• 16. Datagram Approach<br />Basic concept:<br />No route is established beforehand<br />Each packet is transmitted as an independent entity<br />Does not maintain any history<br />Analogy:<br />Postal system<br />
  • 17. Datagram Approach (contd)<br />Every intermediate node has to take routing decisions dynamically<br />Makes use of a routing table<br />Every packet must contain source and destination addresses.<br />Problems:<br />Packets may be delivered out of order<br />If a node crashes momentarily, all of its queued packets are lost<br />Duplicate packets may also be generated<br />
  • 18. Datagram Approach (contd)<br />Advantages:<br />Faster than virtual circuit for smaller number of packets<br />No route establishment and termination<br />More flexible<br />Packets between two hosts may follow different paths<br />Can handle congestion/failed link<br />
  • 19. Comparative Study<br />Three types of delays must be considered:<br />Propagation Delay<br />Time taken by a data signal to propagate from one node to the next <br />Transmission Time<br />Time taken to send out a packet by the transmitter<br />Processing Delay<br />Time taken by a node to “process” a packet<br />
  • 20. Virtual Circuit Packet Switching<br />Call request packet sent from source to destination<br />Call accept packet returns back<br />Packet sent sequentially in a pipelined fashion<br />Store-and-forward approach<br />
  • 21. Datagram Packet Switching<br />No initial delay<br />The packet are sent out independently<br />May follow different paths<br />Follow store-and –forward approach<br />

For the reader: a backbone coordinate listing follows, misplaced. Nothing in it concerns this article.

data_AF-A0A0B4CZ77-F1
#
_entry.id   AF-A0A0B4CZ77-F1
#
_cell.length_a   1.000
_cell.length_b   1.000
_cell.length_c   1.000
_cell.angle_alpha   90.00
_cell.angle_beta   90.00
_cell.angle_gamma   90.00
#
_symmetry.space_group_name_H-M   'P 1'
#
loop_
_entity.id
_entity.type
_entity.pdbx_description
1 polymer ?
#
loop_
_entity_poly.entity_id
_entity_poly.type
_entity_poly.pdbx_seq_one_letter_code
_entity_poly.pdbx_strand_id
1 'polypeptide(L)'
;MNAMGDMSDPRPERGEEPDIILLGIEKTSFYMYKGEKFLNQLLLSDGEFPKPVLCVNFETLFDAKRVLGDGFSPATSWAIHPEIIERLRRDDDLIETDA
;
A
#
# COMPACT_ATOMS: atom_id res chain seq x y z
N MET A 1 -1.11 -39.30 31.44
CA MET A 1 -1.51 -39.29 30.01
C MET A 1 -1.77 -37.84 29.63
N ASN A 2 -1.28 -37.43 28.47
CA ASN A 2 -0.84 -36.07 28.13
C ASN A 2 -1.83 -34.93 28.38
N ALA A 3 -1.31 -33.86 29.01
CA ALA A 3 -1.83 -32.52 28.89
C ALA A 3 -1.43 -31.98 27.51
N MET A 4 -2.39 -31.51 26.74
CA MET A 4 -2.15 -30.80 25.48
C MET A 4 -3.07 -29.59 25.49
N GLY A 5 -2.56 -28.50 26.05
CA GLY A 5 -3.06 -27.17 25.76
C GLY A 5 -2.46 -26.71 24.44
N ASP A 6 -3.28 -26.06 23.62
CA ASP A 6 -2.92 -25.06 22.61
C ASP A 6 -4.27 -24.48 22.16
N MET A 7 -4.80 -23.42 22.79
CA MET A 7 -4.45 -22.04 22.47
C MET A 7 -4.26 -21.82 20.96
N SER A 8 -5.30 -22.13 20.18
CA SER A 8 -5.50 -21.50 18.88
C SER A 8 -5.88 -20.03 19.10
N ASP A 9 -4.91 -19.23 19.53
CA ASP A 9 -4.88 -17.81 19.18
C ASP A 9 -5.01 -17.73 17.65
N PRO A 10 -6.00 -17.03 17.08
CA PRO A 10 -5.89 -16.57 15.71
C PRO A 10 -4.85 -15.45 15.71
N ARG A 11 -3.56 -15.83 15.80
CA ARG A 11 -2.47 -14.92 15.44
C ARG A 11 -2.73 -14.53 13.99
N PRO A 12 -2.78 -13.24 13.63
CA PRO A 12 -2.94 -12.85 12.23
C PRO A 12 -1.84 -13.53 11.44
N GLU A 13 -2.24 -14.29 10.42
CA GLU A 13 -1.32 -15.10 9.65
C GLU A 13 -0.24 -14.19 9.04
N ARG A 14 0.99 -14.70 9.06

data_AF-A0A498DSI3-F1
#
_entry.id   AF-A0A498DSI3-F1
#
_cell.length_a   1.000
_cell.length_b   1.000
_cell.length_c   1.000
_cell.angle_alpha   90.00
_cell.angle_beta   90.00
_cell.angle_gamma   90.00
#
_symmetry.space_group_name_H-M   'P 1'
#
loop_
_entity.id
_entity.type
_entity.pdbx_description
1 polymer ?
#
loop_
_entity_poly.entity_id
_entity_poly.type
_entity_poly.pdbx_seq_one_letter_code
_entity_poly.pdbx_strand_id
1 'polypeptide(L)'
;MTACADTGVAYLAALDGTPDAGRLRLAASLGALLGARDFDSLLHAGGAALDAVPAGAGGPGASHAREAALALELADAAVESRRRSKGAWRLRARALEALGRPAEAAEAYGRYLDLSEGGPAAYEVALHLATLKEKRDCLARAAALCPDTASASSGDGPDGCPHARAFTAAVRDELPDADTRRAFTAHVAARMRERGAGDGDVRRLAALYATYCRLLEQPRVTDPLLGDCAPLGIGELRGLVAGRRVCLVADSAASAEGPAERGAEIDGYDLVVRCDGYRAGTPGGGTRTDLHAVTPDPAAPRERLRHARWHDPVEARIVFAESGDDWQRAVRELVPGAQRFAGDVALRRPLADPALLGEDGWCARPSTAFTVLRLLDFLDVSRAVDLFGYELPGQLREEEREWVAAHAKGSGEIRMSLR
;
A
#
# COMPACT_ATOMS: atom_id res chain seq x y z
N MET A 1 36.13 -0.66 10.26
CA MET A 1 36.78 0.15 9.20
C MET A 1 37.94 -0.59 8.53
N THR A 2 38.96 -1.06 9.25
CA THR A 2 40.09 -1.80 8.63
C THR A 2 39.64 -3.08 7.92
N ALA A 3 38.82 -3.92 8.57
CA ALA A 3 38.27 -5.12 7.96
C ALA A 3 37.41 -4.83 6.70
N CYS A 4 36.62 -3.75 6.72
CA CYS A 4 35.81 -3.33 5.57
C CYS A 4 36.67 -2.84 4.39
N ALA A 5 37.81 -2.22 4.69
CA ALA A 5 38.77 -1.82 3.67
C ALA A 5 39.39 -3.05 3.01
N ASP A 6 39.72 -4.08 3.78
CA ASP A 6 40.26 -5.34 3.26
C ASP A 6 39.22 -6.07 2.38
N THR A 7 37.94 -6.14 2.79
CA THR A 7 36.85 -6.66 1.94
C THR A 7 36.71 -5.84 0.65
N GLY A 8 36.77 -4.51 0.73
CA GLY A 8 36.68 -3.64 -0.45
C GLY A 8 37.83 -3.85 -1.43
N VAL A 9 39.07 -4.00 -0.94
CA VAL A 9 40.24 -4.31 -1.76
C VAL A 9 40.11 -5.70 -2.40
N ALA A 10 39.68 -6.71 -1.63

• 22. Layered Network Architecture<br />Open systems interconection (OSI) reference model<br />Seven layer model<br />Communication functions are partitioned into a hierarchical set of layers<br />Objective:<br />Systematic approach to design<br />Changes in one layer should not require changes in other layers<br />
  • 23. The 7-layer OSI Model<br />Application <br />Presentation<br />Host-to-host<br />Session<br />Transport<br />D<br />A<br />Network<br />B<br />C<br />Datalink<br />Point-to-Point<br />Physical<br />
  • 24. Layer Functions<br />Physical<br />Transmit raw bit stream over a physical medium<br />Datalink<br />Reliable transfer of frames over a point-to-point link (flow control, error control)<br />Network<br />Establishing, maintaining and terminating connections.<br />Routes packets through point-to-point links<br />
  • 25. Layer Functions (contd)<br />Transport<br />End-to-end reliable data transfer, with error recovery and flow control<br />Session<br />Manages sessions<br />Presentation<br />Provides data independence (encryption , encoded )<br />Application<br />Interface point for user applications<br />